Pulse dye laser treatments change children’s lives

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Eight-year old Duncan Rutherford loves getting his “spots.” Every two months the grade two Toronto student undergoes a 20-minute laser treatment at Rouge Valley Health System’s (RVHS) Centenary hospital campus.

The treatments help to significantly fade the large red discolouration of the skin, which covers the entire surface of his face and parts of his arm and back. He’s been undergoing the procedure since he was just weeks old. After the procedure, the laser leaves little round bruises on the areas of his skin that have been treated. For Duncan, the “spots,” as he calls them, are his badges of honour.

The birthmark, called a hemangioma or a port-wine stain, is the result of malformed blood vessels that create a reddish-purplish discoloration of the skin. Early port-wine stains, which first appear in babies a few days after their birth, are usually flat and pink in appearance. As a child gets older, the color may deepen to a dark red or purplish color. They usually occur on the face, but can appear anywhere on the body.

Port-wine stains occur in about three of 1,000 people, and in some cases may be a sign of Sturge-Weber syndrome, a rare disorder that may include seizures and glaucoma. Some children also have learning disabilities as a result of the seizures. The birthmark is what caused doctors to further investigate, and eventually diagnose Duncan with Sturge-Weber as an infant.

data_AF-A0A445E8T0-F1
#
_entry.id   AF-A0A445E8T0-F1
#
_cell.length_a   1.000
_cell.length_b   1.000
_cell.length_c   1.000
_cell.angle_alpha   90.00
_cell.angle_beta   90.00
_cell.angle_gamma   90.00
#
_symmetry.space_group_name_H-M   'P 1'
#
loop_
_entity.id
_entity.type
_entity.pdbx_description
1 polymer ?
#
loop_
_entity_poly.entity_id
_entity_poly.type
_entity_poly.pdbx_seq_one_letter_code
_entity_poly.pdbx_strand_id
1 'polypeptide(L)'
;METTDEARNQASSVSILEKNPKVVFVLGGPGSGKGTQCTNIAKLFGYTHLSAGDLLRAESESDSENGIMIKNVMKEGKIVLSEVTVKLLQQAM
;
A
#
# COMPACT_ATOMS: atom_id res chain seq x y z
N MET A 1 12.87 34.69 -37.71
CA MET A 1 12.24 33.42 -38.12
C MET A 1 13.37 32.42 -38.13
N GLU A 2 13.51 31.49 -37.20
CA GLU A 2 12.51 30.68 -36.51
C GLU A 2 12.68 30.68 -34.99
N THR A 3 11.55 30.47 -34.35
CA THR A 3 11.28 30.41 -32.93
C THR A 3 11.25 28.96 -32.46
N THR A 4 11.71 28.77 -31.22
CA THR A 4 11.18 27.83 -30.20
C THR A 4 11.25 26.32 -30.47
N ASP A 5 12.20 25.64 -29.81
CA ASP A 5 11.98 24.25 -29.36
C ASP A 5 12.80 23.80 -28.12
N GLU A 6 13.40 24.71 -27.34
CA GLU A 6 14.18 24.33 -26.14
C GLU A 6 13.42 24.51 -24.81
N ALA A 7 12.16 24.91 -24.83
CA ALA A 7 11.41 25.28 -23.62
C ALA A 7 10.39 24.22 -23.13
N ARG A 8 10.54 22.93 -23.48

“Because of the vastness of his birthmark, his treatment began immediately,” explains Alison Gadsby, Duncan’s mother.

Since first beginning the regular laser treatments as an infant, Duncan’s port-wine stain has faded significantly. Laser therapy has been the most successful at lightening port-wine stains. A V-Beam pulse dye laser is used to destroy or shrink the tiny blood vessels in the skin without significantly damaging the skin. While it may leave temporary bruising, it doesn’t change the skin’s texture.

RVHS is one of only two hospitals in Ontario to offer the procedure. More than 500 pulse dye laser treatments are done each year at Rouge Valley Centenary. The procedure is covered under OHIP for children, who are referred for the specialized treatment by their family physicians.

For many children like Duncan, treatment of the port-wine stain can have a positive impact on how well they socialize with their classmates. “Although he has a great personality and all the kids love him, starting school with a lighter birthmark certainly helped him socially,” explains his mother Alison

“In the past, there were hardly any procedures available to help treat this condition. The disease is often associated with a lot of social stigma,” says Dr. Mansour Bendago, division head of plastic surgery at RVHS, and Duncan’s physician. “Many children are teased, and as a result, shut down emotionally. So for us to offer this type of procedure, we are able to affect many lives in a very positive way.”

Dr. Bendago is one of three physicians to offer the procedure at Rouge Valley. Plastic surgeons Dr. Marietta Zorn and Dr. Colin Hong also do the procedure, and are committed to the growth of this program.

The service at RVHS is also unique because children are treated under general anesthetic. While teens can tolerate the procedure well under local anesthetic, many younger children become anxious and find the experience too stressful. With specialized general anesthesia, children like Duncan can be awake and alert within just 20 minutes of the procedure.

A new laser at RVHS recently purchased for the program is expected to improve the quality of the treatment by minimizing the bruising. “This new laser is important because it treats the condition, to which no other treatment is available. It’s the gold standard of care,” explains Dr. Bendago.